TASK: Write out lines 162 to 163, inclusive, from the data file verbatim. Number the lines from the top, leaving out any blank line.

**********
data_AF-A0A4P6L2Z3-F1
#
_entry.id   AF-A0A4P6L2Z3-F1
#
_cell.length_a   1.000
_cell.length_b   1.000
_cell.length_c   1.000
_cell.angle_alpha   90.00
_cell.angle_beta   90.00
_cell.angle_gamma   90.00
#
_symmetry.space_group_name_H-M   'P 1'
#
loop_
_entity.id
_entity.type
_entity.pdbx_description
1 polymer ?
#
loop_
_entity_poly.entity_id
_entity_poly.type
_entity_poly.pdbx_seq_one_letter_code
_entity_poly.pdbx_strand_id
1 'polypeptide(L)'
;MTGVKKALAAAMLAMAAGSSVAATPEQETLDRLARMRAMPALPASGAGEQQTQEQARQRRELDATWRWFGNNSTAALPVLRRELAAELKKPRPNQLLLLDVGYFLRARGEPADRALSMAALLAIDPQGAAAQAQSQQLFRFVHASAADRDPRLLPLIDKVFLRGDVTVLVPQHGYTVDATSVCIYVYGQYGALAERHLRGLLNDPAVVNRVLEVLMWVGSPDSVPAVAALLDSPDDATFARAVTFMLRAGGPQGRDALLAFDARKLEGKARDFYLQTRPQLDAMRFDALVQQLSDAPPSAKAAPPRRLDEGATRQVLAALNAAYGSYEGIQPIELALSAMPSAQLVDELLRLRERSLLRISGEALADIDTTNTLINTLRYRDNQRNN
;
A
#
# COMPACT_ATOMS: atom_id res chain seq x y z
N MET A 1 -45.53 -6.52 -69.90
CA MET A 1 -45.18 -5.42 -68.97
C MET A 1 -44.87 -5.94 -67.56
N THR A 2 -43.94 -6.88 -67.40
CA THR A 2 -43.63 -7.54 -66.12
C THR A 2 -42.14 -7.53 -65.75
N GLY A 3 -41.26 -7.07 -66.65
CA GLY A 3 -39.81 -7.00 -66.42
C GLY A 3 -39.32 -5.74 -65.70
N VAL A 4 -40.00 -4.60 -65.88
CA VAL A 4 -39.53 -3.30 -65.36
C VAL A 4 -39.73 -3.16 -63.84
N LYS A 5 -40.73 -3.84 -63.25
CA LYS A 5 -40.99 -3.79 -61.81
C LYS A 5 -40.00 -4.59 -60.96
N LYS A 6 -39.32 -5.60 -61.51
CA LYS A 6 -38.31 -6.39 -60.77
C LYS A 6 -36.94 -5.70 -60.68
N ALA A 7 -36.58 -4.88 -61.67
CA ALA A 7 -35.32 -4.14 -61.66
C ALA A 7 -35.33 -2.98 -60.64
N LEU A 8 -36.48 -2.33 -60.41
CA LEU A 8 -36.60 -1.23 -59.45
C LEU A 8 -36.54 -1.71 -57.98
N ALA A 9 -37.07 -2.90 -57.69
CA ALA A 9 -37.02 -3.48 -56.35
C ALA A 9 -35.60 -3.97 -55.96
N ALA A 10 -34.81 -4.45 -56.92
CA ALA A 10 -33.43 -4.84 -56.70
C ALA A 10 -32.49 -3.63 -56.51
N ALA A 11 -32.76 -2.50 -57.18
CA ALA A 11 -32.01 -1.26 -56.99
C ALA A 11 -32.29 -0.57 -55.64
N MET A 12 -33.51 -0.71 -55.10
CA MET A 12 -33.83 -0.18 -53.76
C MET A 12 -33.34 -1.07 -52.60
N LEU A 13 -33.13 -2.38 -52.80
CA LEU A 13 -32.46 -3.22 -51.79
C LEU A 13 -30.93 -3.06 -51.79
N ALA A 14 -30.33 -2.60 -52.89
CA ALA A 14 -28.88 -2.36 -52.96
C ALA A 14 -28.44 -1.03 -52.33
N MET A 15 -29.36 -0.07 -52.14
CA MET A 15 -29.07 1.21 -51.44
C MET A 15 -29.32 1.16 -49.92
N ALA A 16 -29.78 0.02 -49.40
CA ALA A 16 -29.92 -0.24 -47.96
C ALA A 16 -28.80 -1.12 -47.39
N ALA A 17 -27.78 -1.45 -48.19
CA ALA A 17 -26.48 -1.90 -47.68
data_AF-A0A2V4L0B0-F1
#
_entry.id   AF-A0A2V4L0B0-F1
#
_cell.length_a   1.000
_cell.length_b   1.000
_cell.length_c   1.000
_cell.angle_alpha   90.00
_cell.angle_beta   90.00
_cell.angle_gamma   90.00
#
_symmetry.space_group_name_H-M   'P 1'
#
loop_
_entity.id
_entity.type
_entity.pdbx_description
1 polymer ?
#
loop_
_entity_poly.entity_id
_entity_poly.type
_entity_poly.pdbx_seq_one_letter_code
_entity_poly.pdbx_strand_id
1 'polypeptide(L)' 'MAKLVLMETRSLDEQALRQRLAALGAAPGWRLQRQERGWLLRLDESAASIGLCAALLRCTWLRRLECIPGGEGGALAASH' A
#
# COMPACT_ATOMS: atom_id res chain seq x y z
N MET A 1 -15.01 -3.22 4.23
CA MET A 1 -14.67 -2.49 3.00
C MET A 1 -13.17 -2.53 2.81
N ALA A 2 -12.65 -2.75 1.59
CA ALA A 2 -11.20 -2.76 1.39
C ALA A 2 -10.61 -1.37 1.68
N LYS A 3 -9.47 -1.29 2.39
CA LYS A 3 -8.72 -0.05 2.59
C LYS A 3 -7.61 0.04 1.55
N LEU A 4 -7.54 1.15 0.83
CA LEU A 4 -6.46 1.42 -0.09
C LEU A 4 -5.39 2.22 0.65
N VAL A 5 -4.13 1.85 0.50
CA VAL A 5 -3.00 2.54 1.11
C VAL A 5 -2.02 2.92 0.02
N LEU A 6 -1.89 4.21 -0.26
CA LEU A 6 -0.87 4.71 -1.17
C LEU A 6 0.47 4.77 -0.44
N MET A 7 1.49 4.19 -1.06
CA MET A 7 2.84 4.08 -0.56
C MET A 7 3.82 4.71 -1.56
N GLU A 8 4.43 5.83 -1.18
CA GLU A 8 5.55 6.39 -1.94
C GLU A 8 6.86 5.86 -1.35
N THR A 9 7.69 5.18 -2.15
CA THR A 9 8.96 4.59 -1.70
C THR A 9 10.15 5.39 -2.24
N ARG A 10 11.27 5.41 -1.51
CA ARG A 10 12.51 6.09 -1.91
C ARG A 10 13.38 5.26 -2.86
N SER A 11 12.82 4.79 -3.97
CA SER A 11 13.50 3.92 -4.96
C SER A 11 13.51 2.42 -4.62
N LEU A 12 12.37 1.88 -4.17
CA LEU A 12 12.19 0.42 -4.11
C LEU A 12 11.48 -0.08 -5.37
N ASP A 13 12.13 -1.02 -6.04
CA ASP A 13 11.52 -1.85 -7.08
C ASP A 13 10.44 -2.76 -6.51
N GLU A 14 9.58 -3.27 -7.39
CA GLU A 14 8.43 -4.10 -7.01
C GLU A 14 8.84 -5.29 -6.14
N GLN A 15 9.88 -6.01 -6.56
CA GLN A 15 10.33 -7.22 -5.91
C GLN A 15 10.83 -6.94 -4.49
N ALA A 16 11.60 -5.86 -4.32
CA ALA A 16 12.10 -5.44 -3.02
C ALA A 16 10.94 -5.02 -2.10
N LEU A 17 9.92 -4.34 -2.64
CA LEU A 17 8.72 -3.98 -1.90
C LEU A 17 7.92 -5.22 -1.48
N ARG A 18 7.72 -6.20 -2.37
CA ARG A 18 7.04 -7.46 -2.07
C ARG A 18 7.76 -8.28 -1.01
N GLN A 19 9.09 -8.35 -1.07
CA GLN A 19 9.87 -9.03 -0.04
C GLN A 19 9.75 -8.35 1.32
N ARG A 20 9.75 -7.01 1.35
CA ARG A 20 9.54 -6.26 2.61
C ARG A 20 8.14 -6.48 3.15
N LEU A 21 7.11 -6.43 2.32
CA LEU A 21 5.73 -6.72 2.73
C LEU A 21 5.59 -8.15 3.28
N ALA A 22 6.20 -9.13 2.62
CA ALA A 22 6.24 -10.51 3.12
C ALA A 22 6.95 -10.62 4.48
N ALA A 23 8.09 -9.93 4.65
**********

N GLN A 19 9.09 -8.35 -1.07
CA GLN A 19 9.87 -9.03 -0.04